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Visitors to WWT Martin Mere will get a rare chance to search for owls, bats and even rare moths at a special after-hours Bat and Barn Owl night returning for the first time after a three year break.
The event, which last took place in 2019, offers a visit to the reserve with a warden at dusk to search for the night-time creatures after sunset.
The evening will start with setting a moth trap – which will be checked before the end of the night to see what has been caught. The last time WWT Martin Mere held the event, an Obscure Wainscot moth was discovered – a first in the history of Martin Mere.
After setting the trap, participants will walk around the reserve searching for barn owls, which are most active at dusk and dawn as they swoop around the reserve to hunt for food such as voles, mice and rats.
As the evening turns dark, the night will move on to tracking, recording and identifying bats. The UK’s wetlands are a popular place for bats, with 17 breeding species that can be spotted darting about on a summer evening.
Nick Brooks, General Manager at WWT Martin Mere, said, “This year is one you won’t want to miss if you’re a fan of barn owls. It’s the most successful year we’ve had with plenty of activity. We’ve got four nests on-site raising an impressive 18 chicks.”
Louise Clewley, Reserve Manager, added, “As well as looking out for bats, we will be using a bat detector to listen to their sounds. Bat calls are usually too high-pitched for a human to hear, but the detector will give you insight into the different sounds species can make.
“As many species of bats are vulnerable; it is vital to monitor their activity to ensure their conservation. Bats are extremely difficult to survey due to their nocturnal activity therefore, detectors are required to detect the echolocation calls that bats produce to catch their prey. At Martin Mere, we’ve recorded species such as the Soprano Pipistrelle, Common pipistrelle, Noclule, Daubenton’s and Brown long-eared bats.”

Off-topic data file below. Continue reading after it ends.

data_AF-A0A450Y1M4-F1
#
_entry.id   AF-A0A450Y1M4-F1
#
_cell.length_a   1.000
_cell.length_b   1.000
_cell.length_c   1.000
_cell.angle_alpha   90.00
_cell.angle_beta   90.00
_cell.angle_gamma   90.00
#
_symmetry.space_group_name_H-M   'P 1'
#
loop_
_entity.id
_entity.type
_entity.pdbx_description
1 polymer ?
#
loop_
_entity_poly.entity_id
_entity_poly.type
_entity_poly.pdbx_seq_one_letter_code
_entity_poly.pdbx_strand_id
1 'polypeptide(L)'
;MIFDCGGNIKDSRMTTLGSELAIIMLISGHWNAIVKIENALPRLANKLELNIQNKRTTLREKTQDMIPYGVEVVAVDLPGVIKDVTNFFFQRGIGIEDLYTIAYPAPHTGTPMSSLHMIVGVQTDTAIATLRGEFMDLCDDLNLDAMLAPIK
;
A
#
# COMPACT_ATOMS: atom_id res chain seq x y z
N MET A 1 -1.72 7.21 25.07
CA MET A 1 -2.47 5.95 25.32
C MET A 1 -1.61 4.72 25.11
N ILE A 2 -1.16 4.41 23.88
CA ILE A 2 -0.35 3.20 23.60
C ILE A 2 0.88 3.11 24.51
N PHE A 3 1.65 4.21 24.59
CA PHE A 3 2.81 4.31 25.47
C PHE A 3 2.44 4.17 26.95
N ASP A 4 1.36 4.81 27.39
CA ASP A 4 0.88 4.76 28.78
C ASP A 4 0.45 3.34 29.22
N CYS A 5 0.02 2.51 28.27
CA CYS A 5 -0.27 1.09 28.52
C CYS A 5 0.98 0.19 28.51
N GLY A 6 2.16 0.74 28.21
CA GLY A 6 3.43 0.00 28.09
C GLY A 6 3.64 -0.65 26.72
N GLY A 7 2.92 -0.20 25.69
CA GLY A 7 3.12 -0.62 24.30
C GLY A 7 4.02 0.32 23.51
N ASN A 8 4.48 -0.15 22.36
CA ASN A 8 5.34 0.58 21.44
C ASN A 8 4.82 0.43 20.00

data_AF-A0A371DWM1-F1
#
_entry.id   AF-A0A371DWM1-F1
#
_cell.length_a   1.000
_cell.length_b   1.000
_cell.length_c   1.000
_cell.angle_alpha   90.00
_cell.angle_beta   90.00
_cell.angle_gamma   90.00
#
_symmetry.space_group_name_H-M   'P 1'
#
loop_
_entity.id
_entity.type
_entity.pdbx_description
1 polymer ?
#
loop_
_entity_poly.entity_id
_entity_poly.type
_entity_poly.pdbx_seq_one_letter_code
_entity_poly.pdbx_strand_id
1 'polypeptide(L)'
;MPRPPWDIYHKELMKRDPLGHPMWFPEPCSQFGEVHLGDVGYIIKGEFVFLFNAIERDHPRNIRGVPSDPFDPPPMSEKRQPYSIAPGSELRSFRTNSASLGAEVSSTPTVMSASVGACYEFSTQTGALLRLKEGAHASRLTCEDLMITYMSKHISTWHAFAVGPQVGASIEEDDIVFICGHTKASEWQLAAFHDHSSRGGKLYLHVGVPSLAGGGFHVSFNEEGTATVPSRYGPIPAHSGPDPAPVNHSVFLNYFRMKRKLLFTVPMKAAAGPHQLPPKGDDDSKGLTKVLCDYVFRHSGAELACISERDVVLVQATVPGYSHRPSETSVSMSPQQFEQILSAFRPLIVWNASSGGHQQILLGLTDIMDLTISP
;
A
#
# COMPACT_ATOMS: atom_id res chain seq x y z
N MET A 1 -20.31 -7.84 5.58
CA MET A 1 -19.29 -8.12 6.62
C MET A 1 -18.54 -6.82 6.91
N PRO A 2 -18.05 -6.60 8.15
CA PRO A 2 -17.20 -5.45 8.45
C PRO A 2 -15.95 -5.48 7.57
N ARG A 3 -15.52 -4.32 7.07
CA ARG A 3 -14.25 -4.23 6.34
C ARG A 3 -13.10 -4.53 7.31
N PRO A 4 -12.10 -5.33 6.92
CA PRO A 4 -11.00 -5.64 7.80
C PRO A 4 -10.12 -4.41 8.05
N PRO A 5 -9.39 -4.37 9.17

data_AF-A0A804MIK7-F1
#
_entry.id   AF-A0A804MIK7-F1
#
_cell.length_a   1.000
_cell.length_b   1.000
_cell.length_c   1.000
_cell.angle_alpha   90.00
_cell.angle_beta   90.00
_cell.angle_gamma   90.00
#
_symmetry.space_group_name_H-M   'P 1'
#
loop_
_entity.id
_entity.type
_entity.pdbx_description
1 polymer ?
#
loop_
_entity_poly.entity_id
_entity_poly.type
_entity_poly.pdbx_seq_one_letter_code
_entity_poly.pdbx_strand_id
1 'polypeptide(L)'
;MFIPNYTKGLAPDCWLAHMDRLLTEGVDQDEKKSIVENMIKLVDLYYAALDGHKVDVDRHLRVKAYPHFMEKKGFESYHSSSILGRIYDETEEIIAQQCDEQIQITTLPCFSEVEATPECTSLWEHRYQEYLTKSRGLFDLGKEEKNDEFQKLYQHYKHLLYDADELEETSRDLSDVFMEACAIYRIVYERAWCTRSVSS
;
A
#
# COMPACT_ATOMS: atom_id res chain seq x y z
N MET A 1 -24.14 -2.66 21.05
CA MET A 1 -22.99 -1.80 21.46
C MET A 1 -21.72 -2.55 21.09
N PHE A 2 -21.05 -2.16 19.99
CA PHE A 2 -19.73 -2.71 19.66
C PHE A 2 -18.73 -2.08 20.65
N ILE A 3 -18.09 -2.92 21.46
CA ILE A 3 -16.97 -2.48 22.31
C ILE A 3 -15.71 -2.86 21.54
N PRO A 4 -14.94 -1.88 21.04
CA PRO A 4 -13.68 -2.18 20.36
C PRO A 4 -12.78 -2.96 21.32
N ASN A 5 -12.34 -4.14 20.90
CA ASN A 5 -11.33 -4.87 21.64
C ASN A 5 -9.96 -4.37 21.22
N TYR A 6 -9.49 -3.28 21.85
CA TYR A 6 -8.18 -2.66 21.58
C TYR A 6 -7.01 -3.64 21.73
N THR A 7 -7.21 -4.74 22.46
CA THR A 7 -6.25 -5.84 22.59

The Reserve Team collects barn owl pellets to analyse what the owls have been feeding on, mainly finding undigested fur and bones of short-tailed field voles, their favourite food. The grass on the reserve is kept long and full of tussocks, creating a perfect habitat for the field voles to breed and provide food for the barn owls and their offspring.
Wetlands are alive with a variety of insects, making them a great source of food for bats. They will usually emerge from their roost around 20 minutes after sunset and fly 2-10m above ground level, searching for food – something you can expect to see if you join in on one of the nights.
Pauline Stubbings, a past attendee of the Bat & Barn Owl Nights, said, “It was great to be able to experience the reserve at night. I saw all the activities you won’t usually see during the day, such as bats flying around looking for insects and barn owls hunting for food for their young. It really was something spectacular!”
The event costs £16 per person and will take place for six days across July and August, with the first session on Friday 15 of July. To secure your place, visit the WWT Martin Mere website.
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